Copland’s Lincoln Portrait is not terribly popular with orchestra musicians, mostly (I suspect) as a result of over-exposure to bad performances. It invariably gets scheduled on pops programs and outdoor concerts, usually with the lowest-ranking staff conductor who’s in town at the time, and generally with narrators chosen more for who they are rather than how they can actually … narrate. (The list of those who have narrated the work is both long and strange; it includes Hugh Downs, Katherine Hepburn, Margaret Thatcher, Willie Stargell, and Julius Erving.)
The story of how Copland’s most popular work came to be is worth recounting. A few weeks after the Japanese attack on Pearl Harbor on December 7, 1941, the conductor Andre Kostelanetz (who, among other achievements, virtually originated the genre of “easy listening”) commissioned Jerome Kern, Virgil Thomson, and Aaron Copland to write musical portraits of “eminent Americans.” Kern wrote Portrait for Orchestra (Mark Twain) and Thomson wrote musical portraits of both Fiorello La Guardia and Dorothy Thompson. Copland originally proposed Walt Whitman, but Kostelanetz expressed reluctance about commissioning two portraits of writers, so Copland went on to Lincoln – who was not even on Kostelanetz’s proposed list of subjects. (Thomson reportedly advised Copland against Lincoln on the grounds that Lincoln was too big a subject for Copland to be able to do justice to. Copland himself was skeptical of the whole project, writing at one point “I had no great love for musical portraiture… and I was skeptical about expressing patriotism in music—it is difficult to achieve without becoming maudlin or bombastic, or both.”) All three works were performed for the first time by the Cincinnati Symphony on May 14, 1942.
So why did Lincoln Portrait become a staple of the outdoor orchestral repertoire, while Kern’s and Thomson’s efforts vanished into obscurity? No doubt the fact that only Copland chose to feature narration helped. Lincoln was the finest writer of political prose in American history; his only rivals in the Anglosphere are a bare handful of English statesmen (including, of course, Winston Churchill). Lincoln’s words are very stirring all on their own. But Copland’s music, while not his very best, is still first-rate: a solid and beautifully-crafted example of his “wide-open prairie” style that captures the melancholy and tragedy that surround both the reality and the myth of Abraham Lincoln.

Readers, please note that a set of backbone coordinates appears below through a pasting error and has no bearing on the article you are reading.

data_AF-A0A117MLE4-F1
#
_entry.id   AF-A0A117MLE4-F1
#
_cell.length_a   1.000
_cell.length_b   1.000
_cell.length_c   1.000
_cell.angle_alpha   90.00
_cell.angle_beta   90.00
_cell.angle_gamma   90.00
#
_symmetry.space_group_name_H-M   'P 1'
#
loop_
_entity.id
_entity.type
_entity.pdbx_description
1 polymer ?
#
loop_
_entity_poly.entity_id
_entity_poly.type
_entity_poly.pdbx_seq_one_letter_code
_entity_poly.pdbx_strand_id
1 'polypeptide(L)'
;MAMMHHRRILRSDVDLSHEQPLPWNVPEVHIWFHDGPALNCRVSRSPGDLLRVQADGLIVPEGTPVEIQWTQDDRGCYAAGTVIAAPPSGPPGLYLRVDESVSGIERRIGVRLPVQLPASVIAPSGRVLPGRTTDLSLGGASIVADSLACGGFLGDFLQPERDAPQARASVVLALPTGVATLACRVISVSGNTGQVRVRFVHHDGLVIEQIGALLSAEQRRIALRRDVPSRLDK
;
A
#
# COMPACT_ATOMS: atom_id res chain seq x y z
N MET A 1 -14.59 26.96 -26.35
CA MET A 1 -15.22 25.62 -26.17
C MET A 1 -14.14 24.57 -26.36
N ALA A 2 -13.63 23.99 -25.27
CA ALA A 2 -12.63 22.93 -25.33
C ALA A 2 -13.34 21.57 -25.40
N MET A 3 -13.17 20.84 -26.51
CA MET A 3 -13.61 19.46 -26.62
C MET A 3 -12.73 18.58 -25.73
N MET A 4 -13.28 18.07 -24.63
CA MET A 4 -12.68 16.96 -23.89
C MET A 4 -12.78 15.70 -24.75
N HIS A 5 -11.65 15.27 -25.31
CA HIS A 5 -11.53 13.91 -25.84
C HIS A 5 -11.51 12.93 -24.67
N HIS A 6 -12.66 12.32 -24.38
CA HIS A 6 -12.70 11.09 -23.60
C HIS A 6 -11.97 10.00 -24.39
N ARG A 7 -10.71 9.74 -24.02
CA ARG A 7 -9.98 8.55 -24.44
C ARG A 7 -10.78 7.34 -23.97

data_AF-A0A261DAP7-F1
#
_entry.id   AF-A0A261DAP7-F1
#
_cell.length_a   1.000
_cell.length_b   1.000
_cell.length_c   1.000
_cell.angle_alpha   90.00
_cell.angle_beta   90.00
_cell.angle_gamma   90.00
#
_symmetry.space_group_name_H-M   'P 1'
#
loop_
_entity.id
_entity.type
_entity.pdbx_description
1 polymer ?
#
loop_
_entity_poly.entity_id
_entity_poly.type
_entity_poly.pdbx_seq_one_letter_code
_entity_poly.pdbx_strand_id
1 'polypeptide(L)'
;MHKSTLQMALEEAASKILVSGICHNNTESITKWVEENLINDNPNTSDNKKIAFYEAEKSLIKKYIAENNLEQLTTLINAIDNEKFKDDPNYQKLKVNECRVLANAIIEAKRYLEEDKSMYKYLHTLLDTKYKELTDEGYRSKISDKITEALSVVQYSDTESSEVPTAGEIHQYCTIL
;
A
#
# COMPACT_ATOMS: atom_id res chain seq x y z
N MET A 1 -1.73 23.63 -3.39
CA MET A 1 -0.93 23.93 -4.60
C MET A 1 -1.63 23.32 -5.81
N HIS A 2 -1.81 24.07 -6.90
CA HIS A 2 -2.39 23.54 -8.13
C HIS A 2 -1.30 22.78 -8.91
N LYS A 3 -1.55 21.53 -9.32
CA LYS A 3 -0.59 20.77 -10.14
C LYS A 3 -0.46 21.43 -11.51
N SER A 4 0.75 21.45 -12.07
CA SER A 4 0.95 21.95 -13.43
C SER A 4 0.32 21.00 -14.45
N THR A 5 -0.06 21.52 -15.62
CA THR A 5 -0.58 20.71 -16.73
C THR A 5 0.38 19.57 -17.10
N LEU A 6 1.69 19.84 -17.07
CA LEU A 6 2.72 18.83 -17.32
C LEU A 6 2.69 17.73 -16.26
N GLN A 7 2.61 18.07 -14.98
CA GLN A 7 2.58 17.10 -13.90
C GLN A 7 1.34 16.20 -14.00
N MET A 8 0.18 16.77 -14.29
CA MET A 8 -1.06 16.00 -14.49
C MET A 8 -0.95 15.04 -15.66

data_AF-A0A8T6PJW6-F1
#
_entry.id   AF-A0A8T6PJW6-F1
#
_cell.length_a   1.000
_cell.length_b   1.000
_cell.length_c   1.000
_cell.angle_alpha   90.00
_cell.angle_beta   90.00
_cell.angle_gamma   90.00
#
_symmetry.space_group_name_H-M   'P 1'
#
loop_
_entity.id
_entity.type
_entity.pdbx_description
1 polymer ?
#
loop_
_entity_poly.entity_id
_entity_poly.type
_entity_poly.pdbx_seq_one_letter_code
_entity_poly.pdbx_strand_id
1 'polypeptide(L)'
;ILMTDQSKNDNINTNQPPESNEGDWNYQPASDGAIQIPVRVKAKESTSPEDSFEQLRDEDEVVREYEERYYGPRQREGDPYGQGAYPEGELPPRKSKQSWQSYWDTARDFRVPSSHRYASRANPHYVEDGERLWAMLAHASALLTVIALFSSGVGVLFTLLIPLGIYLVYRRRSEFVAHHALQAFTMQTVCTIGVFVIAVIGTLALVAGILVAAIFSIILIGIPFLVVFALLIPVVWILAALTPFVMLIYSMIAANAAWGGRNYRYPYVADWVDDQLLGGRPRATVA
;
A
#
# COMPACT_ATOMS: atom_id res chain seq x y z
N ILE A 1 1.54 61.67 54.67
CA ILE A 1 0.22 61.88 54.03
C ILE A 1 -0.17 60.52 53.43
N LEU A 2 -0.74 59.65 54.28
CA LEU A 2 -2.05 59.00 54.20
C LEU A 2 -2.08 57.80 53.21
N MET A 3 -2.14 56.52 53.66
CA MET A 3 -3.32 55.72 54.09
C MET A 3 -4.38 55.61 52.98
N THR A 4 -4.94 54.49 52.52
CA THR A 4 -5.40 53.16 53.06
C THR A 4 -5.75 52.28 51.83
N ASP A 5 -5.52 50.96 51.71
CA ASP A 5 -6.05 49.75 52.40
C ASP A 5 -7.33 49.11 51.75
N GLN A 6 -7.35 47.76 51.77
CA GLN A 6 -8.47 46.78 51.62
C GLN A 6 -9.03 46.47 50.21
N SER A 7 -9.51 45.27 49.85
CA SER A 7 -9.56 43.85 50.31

I was lucky enough to grow up with a great recording of Lincoln Portrait long before I was over-exposed to bad performances. In 1964, the Philadelphia Orchestra and Eugene Ormandy recorded the work with Adlai Stevenson, a name not well-remembered today, but a former Governor of Illinois, two-time Democratic nominee for the Presidency, and John F. Kennedy’s UN ambassador. More relevant to his role as Lincoln Portrait narrator was his descent from a long line of Illinois politicians, one of whom was Lincoln’s campaign manager during his 1858 Senate run.
Whatever the reason and the background, the end result was a narration of unsurpassed calm, dignity, and lack of pretension. If you have been subjected, over this or past Fourth of July weekends, to some local celebrity’s attempt to endow Lincoln’s words with “character” or “drama” or other form of excess, you will feel cleansed by listening to Stevenson’s version (start at 7’45” here).
This Fourth of July, Lincoln Portrait is more relevant than ever. Copland, of course, was gay – not something he kept secret from his friends, but one he did not make public. As well as being the normal choice for LGBT persons in the cultural mainstream through much of the 20th century, this also turned out to be a very wise decision in light of his being targeted for his political views by both the FBI and the House Un-American Activities Committee. I suspect that Copland never imagined that the country he knew might someday become one in which the concept of “freedom” would include the freedom for him to marry someone he loved. On the other hand, he might have been deeply disappointed to learn that the Civil War and the system of slavery and racial discrimination that was its cause still resonated so deeply with so many Americans, 150 years after the end of American slavery and 75 years after he quoted from Lincoln’s great prose.
As I would not be a slave, so I would not be a master. This expresses my idea of democracy. Whatever differs from this, to the extent of the difference, is no democracy. – Abraham Lincoln, 1858